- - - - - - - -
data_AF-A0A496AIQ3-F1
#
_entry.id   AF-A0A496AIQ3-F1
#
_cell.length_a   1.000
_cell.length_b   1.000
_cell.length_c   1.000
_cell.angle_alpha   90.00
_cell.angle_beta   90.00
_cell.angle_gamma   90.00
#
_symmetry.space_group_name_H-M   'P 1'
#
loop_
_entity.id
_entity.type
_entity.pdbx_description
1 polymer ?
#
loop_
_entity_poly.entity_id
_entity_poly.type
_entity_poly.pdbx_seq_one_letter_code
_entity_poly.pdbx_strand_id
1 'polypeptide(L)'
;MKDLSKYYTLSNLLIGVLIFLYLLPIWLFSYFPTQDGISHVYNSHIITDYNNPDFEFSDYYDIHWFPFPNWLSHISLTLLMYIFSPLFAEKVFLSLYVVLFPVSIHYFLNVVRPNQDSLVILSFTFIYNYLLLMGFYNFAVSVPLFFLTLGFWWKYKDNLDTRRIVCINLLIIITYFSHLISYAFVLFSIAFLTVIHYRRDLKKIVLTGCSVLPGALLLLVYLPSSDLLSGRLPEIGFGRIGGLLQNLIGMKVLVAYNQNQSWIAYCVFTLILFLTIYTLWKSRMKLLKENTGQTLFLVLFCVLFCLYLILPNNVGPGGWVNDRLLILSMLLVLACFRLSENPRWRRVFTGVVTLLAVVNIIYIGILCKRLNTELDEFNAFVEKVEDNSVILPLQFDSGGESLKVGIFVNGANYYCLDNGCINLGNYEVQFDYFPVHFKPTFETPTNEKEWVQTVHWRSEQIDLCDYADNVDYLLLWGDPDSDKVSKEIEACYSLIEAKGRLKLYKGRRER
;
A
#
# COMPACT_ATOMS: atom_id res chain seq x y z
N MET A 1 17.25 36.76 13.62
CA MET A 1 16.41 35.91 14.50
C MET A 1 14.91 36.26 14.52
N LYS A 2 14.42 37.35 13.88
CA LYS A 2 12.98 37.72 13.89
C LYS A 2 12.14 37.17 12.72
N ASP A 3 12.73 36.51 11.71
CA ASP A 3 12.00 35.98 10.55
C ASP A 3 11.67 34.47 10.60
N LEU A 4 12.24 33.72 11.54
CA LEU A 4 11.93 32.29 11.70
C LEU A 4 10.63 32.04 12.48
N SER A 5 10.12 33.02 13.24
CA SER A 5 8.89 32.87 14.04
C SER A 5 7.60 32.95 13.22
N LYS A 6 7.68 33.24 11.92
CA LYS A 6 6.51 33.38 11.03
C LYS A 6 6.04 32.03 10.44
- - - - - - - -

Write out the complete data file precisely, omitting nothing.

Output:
data_AF-A0A496AIQ3-F1
#
_entry.id   AF-A0A496AIQ3-F1
#
_cell.length_a   1.000
_cell.length_b   1.000
_cell.length_c   1.000
_cell.angle_alpha   90.00
_cell.angle_beta   90.00
_cell.angle_gamma   90.00
#
_symmetry.space_group_name_H-M   'P 1'
#
loop_
_entity.id
_entity.type
_entity.pdbx_description
1 polymer ?
#
loop_
_entity_poly.entity_id
_entity_poly.type
_entity_poly.pdbx_seq_one_letter_code
_entity_poly.pdbx_strand_id
1 'polypeptide(L)'
;MKDLSKYYTLSNLLIGVLIFLYLLPIWLFSYFPTQDGISHVYNSHIITDYNNPDFEFSDYYDIHWFPFPNWLSHISLTLLMYIFSPLFAEKVFLSLYVVLFPVSIHYFLNVVRPNQDSLVILSFTFIYNYLLLMGFYNFAVSVPLFFLTLGFWWKYKDNLDTRRIVCINLLIIITYFSHLISYAFVLFSIAFLTVIHYRRDLKKIVLTGCSVLPGALLLLVYLPSSDLLSGRLPEIGFGRIGGLLQNLIGMKVLVAYNQNQSWIAYCVFTLILFLTIYTLWKSRMKLLKENTGQTLFLVLFCVLFCLYLILPNNVGPGGWVNDRLLILSMLLVLACFRLSENPRWRRVFTGVVTLLAVVNIIYIGILCKRLNTELDEFNAFVEKVEDNSVILPLQFDSGGESLKVGIFVNGANYYCLDNGCINLGNYEVQFDYFPVHFKPTFETPTNEKEWVQTVHWRSEQIDLCDYADNVDYLLLWGDPDSDKVSKEIEACYSLIEAKGRLKLYKGRRER
;
A
#
# COMPACT_ATOMS: atom_id res chain seq x y z
N MET A 1 17.25 36.76 13.62
CA MET A 1 16.41 35.91 14.50
C MET A 1 14.91 36.26 14.52
N LYS A 2 14.42 37.35 13.88
CA LYS A 2 12.98 37.72 13.89
C LYS A 2 12.14 37.17 12.72
N ASP A 3 12.73 36.51 11.71
CA ASP A 3 12.00 35.98 10.55
C ASP A 3 11.67 34.47 10.60
N LEU A 4 12.24 33.72 11.54
CA LEU A 4 11.93 32.29 11.70
C LEU A 4 10.63 32.04 12.48
N SER A 5 10.12 33.02 13.24
CA SER A 5 8.89 32.87 14.04
C SER A 5 7.60 32.95 13.22
N LYS A 6 7.68 33.24 11.92
CA LYS A 6 6.51 33.38 11.03
C LYS A 6 6.04 32.03 10.44